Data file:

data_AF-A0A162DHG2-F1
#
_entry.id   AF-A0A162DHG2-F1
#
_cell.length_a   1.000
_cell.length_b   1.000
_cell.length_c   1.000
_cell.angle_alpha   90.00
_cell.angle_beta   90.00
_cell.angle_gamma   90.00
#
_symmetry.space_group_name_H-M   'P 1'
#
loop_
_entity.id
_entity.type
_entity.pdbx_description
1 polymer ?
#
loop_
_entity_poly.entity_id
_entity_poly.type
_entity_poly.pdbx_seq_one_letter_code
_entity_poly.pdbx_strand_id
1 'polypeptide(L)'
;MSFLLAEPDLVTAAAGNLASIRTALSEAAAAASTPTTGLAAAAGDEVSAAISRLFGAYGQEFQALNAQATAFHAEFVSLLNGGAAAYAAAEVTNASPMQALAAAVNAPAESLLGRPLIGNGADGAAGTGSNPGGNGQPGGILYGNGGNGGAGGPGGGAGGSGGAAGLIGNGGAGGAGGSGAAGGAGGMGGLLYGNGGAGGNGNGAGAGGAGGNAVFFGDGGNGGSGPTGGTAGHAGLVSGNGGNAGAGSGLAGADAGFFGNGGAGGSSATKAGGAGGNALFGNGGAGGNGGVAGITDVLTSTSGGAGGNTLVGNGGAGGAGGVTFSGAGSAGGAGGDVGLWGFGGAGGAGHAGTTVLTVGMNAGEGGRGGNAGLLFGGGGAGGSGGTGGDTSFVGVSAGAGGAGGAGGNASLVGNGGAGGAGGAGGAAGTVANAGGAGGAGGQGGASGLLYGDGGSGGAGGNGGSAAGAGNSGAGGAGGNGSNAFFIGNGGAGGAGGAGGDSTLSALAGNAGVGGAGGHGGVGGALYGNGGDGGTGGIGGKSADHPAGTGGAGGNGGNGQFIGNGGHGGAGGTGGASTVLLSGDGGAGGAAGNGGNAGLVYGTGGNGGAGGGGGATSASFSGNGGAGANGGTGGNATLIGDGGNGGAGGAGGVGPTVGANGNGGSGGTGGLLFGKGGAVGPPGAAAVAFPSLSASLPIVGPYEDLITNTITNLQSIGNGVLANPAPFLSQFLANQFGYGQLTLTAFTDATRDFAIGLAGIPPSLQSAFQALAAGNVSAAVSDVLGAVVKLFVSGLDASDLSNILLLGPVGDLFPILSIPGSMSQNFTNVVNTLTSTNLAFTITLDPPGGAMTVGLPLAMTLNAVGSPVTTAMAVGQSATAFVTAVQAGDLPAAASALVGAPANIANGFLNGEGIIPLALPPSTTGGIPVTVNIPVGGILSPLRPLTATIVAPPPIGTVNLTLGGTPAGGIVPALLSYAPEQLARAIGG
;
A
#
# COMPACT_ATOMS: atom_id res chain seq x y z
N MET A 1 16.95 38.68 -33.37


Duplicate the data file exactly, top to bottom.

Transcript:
data_AF-A0A162DHG2-F1
#
_entry.id   AF-A0A162DHG2-F1
#
_cell.length_a   1.000
_cell.length_b   1.000
_cell.length_c   1.000
_cell.angle_alpha   90.00
_cell.angle_beta   90.00
_cell.angle_gamma   90.00
#
_symmetry.space_group_name_H-M   'P 1'
#
loop_
_entity.id
_entity.type
_entity.pdbx_description
1 polymer ?
#
loop_
_entity_poly.entity_id
_entity_poly.type
_entity_poly.pdbx_seq_one_letter_code
_entity_poly.pdbx_strand_id
1 'polypeptide(L)'
;MSFLLAEPDLVTAAAGNLASIRTALSEAAAAASTPTTGLAAAAGDEVSAAISRLFGAYGQEFQALNAQATAFHAEFVSLLNGGAAAYAAAEVTNASPMQALAAAVNAPAESLLGRPLIGNGADGAAGTGSNPGGNGQPGGILYGNGGNGGAGGPGGGAGGSGGAAGLIGNGGAGGAGGSGAAGGAGGMGGLLYGNGGAGGNGNGAGAGGAGGNAVFFGDGGNGGSGPTGGTAGHAGLVSGNGGNAGAGSGLAGADAGFFGNGGAGGSSATKAGGAGGNALFGNGGAGGNGGVAGITDVLTSTSGGAGGNTLVGNGGAGGAGGVTFSGAGSAGGAGGDVGLWGFGGAGGAGHAGTTVLTVGMNAGEGGRGGNAGLLFGGGGAGGSGGTGGDTSFVGVSAGAGGAGGAGGNASLVGNGGAGGAGGAGGAAGTVANAGGAGGAGGQGGASGLLYGDGGSGGAGGNGGSAAGAGNSGAGGAGGNGSNAFFIGNGGAGGAGGAGGDSTLSALAGNAGVGGAGGHGGVGGALYGNGGDGGTGGIGGKSADHPAGTGGAGGNGGNGQFIGNGGHGGAGGTGGASTVLLSGDGGAGGAAGNGGNAGLVYGTGGNGGAGGGGGATSASFSGNGGAGANGGTGGNATLIGDGGNGGAGGAGGVGPTVGANGNGGSGGTGGLLFGKGGAVGPPGAAAVAFPSLSASLPIVGPYEDLITNTITNLQSIGNGVLANPAPFLSQFLANQFGYGQLTLTAFTDATRDFAIGLAGIPPSLQSAFQALAAGNVSAAVSDVLGAVVKLFVSGLDASDLSNILLLGPVGDLFPILSIPGSMSQNFTNVVNTLTSTNLAFTITLDPPGGAMTVGLPLAMTLNAVGSPVTTAMAVGQSATAFVTAVQAGDLPAAASALVGAPANIANGFLNGEGIIPLALPPSTTGGIPVTVNIPVGGILSPLRPLTATIVAPPPIGTVNLTLGGTPAGGIVPALLSYAPEQLARAIGG
;
A
#
# COMPACT_ATOMS: atom_id res chain seq x y z
N MET A 1 16.95 38.68 -33.37